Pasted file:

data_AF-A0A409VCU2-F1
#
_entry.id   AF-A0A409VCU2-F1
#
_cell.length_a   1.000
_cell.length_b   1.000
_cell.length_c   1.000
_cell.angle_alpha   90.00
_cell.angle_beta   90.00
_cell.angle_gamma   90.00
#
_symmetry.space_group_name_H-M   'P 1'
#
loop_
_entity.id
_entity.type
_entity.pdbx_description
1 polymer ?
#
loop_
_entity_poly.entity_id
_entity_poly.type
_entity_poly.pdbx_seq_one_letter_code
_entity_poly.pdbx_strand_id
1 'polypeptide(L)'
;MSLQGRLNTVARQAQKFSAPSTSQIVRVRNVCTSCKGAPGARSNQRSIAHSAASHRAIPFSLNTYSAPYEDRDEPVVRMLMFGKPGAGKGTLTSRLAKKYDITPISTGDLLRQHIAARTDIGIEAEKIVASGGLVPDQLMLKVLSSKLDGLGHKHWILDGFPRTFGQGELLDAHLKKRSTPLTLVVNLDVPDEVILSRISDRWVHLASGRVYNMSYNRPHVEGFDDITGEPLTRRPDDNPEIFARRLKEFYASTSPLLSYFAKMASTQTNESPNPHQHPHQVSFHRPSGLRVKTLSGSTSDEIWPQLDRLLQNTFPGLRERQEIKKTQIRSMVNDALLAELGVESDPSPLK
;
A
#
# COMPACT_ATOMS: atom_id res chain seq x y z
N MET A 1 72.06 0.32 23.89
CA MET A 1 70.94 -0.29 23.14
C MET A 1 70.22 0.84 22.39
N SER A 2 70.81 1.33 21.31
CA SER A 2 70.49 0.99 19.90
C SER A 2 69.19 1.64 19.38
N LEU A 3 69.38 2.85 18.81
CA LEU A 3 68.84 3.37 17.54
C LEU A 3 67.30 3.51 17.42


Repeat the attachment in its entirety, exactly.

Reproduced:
data_AF-A0A409VCU2-F1
#
_entry.id   AF-A0A409VCU2-F1
#
_cell.length_a   1.000
_cell.length_b   1.000
_cell.length_c   1.000
_cell.angle_alpha   90.00
_cell.angle_beta   90.00
_cell.angle_gamma   90.00
#
_symmetry.space_group_name_H-M   'P 1'
#
loop_
_entity.id
_entity.type
_entity.pdbx_description
1 polymer ?
#
loop_
_entity_poly.entity_id
_entity_poly.type
_entity_poly.pdbx_seq_one_letter_code
_entity_poly.pdbx_strand_id
1 'polypeptide(L)'
;MSLQGRLNTVARQAQKFSAPSTSQIVRVRNVCTSCKGAPGARSNQRSIAHSAASHRAIPFSLNTYSAPYEDRDEPVVRMLMFGKPGAGKGTLTSRLAKKYDITPISTGDLLRQHIAARTDIGIEAEKIVASGGLVPDQLMLKVLSSKLDGLGHKHWILDGFPRTFGQGELLDAHLKKRSTPLTLVVNLDVPDEVILSRISDRWVHLASGRVYNMSYNRPHVEGFDDITGEPLTRRPDDNPEIFARRLKEFYASTSPLLSYFAKMASTQTNESPNPHQHPHQVSFHRPSGLRVKTLSGSTSDEIWPQLDRLLQNTFPGLRERQEIKKTQIRSMVNDALLAELGVESDPSPLK
;
A
#
# COMPACT_ATOMS: atom_id res chain seq x y z
N MET A 1 72.06 0.32 23.89
CA MET A 1 70.94 -0.29 23.14
C MET A 1 70.22 0.84 22.39
N SER A 2 70.81 1.33 21.31
CA SER A 2 70.49 0.99 19.90
C SER A 2 69.19 1.64 19.38
N LEU A 3 69.38 2.85 18.81
CA LEU A 3 68.84 3.37 17.54
C LEU A 3 67.30 3.51 17.42